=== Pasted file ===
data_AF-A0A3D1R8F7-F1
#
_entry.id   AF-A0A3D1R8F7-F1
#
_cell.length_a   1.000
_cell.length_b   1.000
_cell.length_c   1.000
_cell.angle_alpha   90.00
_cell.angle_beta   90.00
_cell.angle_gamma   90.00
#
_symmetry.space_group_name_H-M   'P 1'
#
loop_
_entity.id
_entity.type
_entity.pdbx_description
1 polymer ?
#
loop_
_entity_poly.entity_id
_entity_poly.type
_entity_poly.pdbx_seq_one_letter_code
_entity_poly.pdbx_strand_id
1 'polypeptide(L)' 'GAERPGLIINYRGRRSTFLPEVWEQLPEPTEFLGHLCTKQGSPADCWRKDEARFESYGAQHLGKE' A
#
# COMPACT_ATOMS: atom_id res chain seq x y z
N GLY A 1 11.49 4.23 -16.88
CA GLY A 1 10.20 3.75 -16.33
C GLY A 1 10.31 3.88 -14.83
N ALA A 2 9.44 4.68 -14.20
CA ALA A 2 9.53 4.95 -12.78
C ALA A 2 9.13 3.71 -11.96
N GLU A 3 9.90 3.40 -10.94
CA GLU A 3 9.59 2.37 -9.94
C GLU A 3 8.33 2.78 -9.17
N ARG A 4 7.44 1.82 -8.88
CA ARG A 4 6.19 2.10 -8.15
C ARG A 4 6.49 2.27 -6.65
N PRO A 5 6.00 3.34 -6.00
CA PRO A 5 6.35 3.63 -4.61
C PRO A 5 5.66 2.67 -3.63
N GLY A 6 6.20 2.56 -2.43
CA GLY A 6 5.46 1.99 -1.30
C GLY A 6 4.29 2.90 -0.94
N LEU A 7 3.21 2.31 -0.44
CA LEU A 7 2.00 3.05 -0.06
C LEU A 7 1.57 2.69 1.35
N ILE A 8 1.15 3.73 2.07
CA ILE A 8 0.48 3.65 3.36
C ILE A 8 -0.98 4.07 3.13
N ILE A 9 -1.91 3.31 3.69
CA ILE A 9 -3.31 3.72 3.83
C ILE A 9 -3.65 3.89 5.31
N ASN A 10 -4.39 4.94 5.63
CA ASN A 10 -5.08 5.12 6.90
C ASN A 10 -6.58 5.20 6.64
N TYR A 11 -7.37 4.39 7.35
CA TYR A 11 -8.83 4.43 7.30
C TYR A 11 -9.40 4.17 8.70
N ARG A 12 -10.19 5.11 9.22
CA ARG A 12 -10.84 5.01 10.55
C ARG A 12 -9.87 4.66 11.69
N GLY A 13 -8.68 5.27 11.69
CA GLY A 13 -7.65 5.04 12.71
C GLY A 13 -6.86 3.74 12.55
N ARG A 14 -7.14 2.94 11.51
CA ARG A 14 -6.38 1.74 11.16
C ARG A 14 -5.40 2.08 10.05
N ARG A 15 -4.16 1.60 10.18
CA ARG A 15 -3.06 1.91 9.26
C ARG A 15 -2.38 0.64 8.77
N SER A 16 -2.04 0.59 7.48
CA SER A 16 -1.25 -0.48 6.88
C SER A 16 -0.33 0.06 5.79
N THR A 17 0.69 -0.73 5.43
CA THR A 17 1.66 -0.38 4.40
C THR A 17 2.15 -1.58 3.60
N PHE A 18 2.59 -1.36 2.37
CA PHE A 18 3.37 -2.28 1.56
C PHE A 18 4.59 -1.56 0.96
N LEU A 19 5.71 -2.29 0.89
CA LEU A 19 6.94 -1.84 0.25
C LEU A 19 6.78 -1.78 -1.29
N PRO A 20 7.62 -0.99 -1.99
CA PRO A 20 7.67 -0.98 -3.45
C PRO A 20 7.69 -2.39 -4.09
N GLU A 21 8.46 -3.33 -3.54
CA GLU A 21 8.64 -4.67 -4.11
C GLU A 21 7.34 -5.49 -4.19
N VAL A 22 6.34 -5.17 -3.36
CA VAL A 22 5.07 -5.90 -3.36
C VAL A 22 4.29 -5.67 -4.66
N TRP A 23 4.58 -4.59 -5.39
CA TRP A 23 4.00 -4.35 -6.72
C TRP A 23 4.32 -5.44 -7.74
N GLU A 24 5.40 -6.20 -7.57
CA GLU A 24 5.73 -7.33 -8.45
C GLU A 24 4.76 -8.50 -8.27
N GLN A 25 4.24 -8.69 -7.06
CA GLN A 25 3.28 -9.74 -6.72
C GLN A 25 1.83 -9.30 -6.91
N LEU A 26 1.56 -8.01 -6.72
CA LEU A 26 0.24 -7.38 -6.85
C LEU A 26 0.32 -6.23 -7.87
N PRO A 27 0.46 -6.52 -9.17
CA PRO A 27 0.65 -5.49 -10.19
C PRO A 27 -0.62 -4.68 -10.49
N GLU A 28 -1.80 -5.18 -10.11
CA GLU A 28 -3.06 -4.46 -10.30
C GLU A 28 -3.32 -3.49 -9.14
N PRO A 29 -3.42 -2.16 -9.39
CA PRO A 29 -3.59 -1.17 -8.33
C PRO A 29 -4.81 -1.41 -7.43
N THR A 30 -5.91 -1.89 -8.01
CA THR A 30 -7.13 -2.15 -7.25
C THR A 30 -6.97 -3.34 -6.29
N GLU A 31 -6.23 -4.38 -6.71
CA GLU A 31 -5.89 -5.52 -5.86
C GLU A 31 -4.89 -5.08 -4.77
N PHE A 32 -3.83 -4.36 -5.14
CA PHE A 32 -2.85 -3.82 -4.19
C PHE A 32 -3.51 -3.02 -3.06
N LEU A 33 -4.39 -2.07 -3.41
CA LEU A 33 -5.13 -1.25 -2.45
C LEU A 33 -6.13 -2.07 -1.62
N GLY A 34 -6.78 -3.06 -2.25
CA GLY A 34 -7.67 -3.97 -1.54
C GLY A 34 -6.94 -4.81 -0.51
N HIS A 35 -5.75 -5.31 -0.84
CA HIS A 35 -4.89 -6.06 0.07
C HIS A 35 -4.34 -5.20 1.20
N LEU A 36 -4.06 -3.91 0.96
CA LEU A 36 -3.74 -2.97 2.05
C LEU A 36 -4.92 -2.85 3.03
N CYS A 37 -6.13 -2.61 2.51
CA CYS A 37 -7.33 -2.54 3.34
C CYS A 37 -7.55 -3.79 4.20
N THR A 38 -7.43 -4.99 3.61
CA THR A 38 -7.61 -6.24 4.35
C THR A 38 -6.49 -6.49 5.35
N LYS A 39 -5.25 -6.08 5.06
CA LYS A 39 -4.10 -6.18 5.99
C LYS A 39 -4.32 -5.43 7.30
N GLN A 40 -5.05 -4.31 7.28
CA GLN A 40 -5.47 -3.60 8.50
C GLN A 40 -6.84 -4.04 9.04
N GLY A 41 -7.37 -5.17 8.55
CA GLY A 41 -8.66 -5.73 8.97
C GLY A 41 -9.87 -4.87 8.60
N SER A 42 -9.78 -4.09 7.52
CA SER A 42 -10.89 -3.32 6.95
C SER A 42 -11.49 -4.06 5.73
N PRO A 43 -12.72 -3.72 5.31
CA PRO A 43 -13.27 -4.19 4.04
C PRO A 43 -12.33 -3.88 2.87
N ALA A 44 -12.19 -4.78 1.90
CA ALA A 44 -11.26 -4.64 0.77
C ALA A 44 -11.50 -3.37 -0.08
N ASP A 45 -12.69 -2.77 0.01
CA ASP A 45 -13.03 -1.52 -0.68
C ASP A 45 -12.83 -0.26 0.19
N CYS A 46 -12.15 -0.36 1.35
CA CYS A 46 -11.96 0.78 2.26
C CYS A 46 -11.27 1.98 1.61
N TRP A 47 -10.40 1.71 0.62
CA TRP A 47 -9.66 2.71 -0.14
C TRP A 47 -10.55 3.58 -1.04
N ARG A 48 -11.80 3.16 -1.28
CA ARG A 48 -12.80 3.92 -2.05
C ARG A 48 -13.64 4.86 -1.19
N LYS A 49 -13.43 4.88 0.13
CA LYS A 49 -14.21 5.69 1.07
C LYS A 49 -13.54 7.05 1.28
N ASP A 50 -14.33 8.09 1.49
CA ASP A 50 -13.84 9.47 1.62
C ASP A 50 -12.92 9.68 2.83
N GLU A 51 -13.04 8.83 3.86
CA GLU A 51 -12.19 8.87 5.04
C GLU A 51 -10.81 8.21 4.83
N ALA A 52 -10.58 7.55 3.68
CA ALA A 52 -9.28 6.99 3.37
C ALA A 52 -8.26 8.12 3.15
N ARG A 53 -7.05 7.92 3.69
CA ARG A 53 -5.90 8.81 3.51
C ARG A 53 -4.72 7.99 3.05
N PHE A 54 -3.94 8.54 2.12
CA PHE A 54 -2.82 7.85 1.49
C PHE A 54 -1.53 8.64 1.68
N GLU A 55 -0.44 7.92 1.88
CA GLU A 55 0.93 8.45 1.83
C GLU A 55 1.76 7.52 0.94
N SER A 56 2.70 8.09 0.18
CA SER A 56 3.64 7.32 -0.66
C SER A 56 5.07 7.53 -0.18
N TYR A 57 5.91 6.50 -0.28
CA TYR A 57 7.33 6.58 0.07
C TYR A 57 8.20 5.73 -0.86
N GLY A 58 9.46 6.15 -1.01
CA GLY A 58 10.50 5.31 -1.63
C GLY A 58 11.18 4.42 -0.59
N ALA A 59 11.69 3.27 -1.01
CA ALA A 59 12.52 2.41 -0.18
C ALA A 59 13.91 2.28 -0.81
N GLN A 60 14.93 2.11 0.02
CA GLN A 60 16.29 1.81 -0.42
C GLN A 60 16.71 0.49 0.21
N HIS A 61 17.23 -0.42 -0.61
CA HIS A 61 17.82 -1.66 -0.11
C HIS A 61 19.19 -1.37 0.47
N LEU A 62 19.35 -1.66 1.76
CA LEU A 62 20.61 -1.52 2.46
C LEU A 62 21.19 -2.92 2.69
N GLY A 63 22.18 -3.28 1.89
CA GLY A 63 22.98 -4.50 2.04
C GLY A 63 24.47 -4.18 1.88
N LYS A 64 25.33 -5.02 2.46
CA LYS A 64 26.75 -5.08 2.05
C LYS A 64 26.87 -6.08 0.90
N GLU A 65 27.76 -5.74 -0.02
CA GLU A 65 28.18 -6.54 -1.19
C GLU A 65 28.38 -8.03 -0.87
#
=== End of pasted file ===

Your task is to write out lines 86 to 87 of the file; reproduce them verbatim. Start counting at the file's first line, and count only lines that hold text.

CA PRO A 20 7.67 -0.98 -3.45
C PRO A 20 7.69 -2.39 -4.09